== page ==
Search results: fairy tales
Fairy tales are as relevant today as ever, says Jack Zipes, a means of communicating about serious problems such as the abandonment of children or the self-sacrifice traditionally expected of women. He picks the best books to help us reflect on the meaning and significance of fairy tales.
Fairy tales are multi-layered, laden with multiple meanings and uncomfortable truths. Cornelia Funke, multi-award winning writer of imaginative fiction for children and young adults, discusses why fairy tales continue to fascinate her and her young readers, and why you need a deft hand to create convincing new fiction from fairy tales.
The Sorcerer’s Apprentice: An Anthology of Magical Tales Edited by Jack Zipes and illustrated by Natalie Frank
“Fairy tales are more real than we realise and more relevant for adapting to a rapidly changing world than we realise”—Jack Zipes, in our interview with him about fairy tales (as a field of study, rather than books you might read to your children…)
Alan Lee, illustrator of such classics as The Lord of the Rings and The Hobbit, talks to Five Books about his favourite stories drawn from myth and fairy tale, what they mean to him, and how important it is for young readers today to experience these ancient stories.
The book came at a time when the political difficulties stimulated him to develop a notion of hope that was to offset the terrible wars that had been going on. In this book he also, surprisingly, deals with fairy tales and popular culture. He felt that fairy tales and popular culture had traces of hope that made them really important and relevant to the lives of the majority of the people.
‘It’s a long time since ogres have seemed so absolutely real,’ says Marina Warner, author and long-time scholar of fairy tales. Which makes now as good a time as any to immerse ourselves in the twisted truths of the fairy tale realm, with Warner’s selection of the best books of, or about, other-worldly tales of mischief and subversion, dreams and laughter, ‘hope against hope’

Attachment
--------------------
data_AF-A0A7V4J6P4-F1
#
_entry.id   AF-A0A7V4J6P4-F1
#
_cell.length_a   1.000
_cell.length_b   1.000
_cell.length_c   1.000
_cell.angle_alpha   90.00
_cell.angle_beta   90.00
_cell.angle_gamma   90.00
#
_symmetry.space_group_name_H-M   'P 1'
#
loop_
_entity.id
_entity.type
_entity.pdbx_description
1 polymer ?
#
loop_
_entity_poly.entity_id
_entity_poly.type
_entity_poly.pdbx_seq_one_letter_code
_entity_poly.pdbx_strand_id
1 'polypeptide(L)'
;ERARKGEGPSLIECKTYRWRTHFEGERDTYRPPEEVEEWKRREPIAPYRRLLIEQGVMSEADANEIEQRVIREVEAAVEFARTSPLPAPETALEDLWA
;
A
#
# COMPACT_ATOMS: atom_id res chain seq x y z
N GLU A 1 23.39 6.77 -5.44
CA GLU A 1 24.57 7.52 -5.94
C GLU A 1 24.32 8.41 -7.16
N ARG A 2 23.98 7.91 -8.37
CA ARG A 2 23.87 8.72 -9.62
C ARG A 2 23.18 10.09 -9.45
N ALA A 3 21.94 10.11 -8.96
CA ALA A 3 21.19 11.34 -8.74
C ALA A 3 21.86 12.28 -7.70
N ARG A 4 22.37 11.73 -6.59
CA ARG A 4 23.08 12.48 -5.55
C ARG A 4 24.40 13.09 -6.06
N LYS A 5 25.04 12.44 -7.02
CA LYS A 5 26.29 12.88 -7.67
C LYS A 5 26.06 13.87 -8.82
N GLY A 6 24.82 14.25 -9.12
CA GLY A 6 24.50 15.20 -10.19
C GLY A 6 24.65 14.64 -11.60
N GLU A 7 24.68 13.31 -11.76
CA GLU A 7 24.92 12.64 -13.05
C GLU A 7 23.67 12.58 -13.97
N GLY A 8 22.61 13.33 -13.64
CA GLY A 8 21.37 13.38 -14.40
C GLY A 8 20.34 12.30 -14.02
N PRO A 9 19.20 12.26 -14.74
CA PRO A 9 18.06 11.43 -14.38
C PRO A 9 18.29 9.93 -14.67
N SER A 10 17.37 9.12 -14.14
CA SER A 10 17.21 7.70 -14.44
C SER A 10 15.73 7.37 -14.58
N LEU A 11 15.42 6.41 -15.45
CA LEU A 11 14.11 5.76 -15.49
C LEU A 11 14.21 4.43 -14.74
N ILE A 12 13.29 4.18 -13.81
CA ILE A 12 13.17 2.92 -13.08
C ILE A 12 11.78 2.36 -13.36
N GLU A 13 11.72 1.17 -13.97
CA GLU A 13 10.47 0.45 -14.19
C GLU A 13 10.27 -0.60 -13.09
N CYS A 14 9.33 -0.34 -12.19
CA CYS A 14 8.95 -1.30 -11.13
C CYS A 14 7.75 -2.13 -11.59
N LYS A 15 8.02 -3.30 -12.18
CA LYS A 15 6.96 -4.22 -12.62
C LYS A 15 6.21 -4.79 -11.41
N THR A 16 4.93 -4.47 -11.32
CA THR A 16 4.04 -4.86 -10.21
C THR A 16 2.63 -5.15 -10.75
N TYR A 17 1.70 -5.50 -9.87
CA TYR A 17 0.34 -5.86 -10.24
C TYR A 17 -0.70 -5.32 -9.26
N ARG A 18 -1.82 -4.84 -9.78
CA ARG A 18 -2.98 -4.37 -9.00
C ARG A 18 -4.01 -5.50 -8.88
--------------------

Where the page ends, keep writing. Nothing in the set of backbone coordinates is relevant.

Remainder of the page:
These tales were a big influence on me when growing up in Germany. Some of the enduring themes treated there in deceptively simple matter-of-fact language are the beautiful child asleep in a glass case. I see this as the kind of image that fits the beginnings of the descriptions of autism. The idea of what might be going on inside someone if they can only be woken up. It is a completely false image but a very strong image – to think there is some real chance that you can, maybe with some magic cure, awaken this child inside.
Adorno helped me to understand to what extent, say, Walt Disney’s fairy tales, which began in the 1930s, influenced society. I am not just talking about the fairy tales but also about the films, books and all the merchandise that went with them. Disney’s products are filled with stereotypical passive women and men as active, daring heroes. And by applying his notion of the cultural history I have been able to explore and analyse what a serious effect Disney stereotypes have had on our attitudes and dispositions regarding gender.
His style was so unusual that it had a profound influence on a lot of writers in the 19th and 20th centuries. I would say he was the founder of magic realism. I think he also paved the ground for existentialism because he believed there was no God, and he proposed that we are all artists of our own lives and that many of the stories to do with God are fairy tales.
“And what is the use of a book,” thought Alice, “without pictures or conversation?” Eight-year-old Helen feels the same. Here she tells us why reading graphic novels is fun, relaxing and definitely not for babies – and recommends her current five favourites.